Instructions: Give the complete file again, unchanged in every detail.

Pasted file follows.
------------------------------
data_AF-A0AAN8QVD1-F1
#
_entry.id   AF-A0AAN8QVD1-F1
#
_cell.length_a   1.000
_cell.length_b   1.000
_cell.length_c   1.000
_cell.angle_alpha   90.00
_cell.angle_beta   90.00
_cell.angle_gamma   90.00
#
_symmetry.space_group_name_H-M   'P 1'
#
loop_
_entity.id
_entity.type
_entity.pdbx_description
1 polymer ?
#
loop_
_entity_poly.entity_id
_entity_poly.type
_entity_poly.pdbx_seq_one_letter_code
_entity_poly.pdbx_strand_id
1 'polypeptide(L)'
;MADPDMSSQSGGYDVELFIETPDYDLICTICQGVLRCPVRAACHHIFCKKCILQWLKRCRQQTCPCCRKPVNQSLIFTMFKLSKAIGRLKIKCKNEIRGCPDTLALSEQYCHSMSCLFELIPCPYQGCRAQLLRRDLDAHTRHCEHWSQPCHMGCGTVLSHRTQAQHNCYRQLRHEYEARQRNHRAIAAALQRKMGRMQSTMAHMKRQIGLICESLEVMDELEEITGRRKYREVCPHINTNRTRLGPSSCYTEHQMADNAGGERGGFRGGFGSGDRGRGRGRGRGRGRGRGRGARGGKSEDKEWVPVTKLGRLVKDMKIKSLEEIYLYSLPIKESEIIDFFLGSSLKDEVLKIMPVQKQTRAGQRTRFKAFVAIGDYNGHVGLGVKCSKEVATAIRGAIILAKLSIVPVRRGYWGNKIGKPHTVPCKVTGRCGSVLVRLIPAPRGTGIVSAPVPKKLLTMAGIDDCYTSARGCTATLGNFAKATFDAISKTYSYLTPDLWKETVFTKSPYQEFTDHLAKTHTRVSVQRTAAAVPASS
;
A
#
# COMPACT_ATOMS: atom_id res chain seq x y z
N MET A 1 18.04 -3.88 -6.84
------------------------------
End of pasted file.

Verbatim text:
data_AF-A0AAN8QVD1-F1
#
_entry.id   AF-A0AAN8QVD1-F1
#
_cell.length_a   1.000
_cell.length_b   1.000
_cell.length_c   1.000
_cell.angle_alpha   90.00
_cell.angle_beta   90.00
_cell.angle_gamma   90.00
#
_symmetry.space_group_name_H-M   'P 1'
#
loop_
_entity.id
_entity.type
_entity.pdbx_description
1 polymer ?
#
loop_
_entity_poly.entity_id
_entity_poly.type
_entity_poly.pdbx_seq_one_letter_code
_entity_poly.pdbx_strand_id
1 'polypeptide(L)'
;MADPDMSSQSGGYDVELFIETPDYDLICTICQGVLRCPVRAACHHIFCKKCILQWLKRCRQQTCPCCRKPVNQSLIFTMFKLSKAIGRLKIKCKNEIRGCPDTLALSEQYCHSMSCLFELIPCPYQGCRAQLLRRDLDAHTRHCEHWSQPCHMGCGTVLSHRTQAQHNCYRQLRHEYEARQRNHRAIAAALQRKMGRMQSTMAHMKRQIGLICESLEVMDELEEITGRRKYREVCPHINTNRTRLGPSSCYTEHQMADNAGGERGGFRGGFGSGDRGRGRGRGRGRGRGRGRGARGGKSEDKEWVPVTKLGRLVKDMKIKSLEEIYLYSLPIKESEIIDFFLGSSLKDEVLKIMPVQKQTRAGQRTRFKAFVAIGDYNGHVGLGVKCSKEVATAIRGAIILAKLSIVPVRRGYWGNKIGKPHTVPCKVTGRCGSVLVRLIPAPRGTGIVSAPVPKKLLTMAGIDDCYTSARGCTATLGNFAKATFDAISKTYSYLTPDLWKETVFTKSPYQEFTDHLAKTHTRVSVQRTAAAVPASS
;
A
#
# COMPACT_ATOMS: atom_id res chain seq x y z
N MET A 1 18.04 -3.88 -6.84